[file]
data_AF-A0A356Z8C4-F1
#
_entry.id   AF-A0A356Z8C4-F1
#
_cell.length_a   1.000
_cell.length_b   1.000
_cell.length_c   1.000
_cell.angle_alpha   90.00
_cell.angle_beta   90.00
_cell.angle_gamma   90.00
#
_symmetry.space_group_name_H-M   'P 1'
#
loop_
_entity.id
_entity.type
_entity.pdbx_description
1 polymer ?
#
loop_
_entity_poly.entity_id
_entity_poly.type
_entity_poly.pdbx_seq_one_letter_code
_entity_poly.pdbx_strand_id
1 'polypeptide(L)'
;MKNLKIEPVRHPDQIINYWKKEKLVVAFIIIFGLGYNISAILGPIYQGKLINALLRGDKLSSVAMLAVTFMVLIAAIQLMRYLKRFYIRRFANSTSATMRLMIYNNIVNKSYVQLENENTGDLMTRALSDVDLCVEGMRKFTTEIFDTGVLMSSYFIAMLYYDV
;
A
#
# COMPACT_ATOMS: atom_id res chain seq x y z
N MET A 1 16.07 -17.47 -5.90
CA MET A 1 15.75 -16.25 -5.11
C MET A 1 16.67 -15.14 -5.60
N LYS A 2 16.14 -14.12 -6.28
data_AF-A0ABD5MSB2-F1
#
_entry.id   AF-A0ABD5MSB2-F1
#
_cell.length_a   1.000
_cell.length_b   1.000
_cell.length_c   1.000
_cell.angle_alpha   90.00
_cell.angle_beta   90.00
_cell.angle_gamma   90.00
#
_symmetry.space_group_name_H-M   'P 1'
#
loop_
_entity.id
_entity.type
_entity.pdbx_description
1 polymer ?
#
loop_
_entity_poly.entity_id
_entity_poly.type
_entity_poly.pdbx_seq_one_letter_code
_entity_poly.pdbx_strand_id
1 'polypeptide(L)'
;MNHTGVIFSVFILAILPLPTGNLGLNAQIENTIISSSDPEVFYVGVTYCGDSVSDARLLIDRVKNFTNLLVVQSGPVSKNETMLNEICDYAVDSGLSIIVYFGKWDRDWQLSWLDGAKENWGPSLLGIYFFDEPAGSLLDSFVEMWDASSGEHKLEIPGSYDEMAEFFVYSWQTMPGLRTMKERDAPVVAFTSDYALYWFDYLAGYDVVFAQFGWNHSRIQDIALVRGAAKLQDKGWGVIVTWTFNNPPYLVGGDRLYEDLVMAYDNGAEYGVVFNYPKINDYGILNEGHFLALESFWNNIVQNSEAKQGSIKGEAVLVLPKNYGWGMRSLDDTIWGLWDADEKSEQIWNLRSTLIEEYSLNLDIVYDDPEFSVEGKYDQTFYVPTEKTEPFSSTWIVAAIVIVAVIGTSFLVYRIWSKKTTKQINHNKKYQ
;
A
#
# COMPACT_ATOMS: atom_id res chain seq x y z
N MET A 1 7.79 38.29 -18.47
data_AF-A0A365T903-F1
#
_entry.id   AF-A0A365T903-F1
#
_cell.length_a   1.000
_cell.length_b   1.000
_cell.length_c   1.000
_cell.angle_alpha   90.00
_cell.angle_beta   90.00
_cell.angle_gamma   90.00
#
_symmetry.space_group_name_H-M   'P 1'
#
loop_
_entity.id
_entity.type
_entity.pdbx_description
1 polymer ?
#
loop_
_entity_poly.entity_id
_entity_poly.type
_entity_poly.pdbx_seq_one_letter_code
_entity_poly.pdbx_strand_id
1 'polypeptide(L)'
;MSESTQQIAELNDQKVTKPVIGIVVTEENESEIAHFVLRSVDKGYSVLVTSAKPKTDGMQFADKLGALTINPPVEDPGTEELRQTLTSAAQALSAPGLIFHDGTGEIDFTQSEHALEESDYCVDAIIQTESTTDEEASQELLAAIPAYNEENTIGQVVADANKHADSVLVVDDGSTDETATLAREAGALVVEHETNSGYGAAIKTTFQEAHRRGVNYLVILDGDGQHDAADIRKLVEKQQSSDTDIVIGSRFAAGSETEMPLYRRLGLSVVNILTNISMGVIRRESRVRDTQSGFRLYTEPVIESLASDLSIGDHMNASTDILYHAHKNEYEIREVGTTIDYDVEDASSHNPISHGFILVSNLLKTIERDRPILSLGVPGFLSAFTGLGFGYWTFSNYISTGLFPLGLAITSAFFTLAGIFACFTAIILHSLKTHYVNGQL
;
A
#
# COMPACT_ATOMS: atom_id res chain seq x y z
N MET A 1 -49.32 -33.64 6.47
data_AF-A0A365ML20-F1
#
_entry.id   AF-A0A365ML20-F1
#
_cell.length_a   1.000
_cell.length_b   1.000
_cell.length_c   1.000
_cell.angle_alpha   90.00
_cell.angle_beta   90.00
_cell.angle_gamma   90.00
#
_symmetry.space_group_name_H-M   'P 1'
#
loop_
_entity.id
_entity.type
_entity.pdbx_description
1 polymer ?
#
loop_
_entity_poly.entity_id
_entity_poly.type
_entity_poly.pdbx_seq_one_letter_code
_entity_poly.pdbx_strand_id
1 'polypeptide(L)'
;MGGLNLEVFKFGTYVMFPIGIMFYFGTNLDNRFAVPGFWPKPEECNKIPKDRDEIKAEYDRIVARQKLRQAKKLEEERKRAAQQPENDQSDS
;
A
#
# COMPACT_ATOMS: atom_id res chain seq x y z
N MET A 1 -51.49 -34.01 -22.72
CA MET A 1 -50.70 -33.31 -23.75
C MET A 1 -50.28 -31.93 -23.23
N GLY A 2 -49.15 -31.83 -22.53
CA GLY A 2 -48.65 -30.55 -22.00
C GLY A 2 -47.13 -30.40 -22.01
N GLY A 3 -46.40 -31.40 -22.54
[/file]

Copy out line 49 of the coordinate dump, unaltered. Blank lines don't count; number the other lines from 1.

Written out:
_entity.id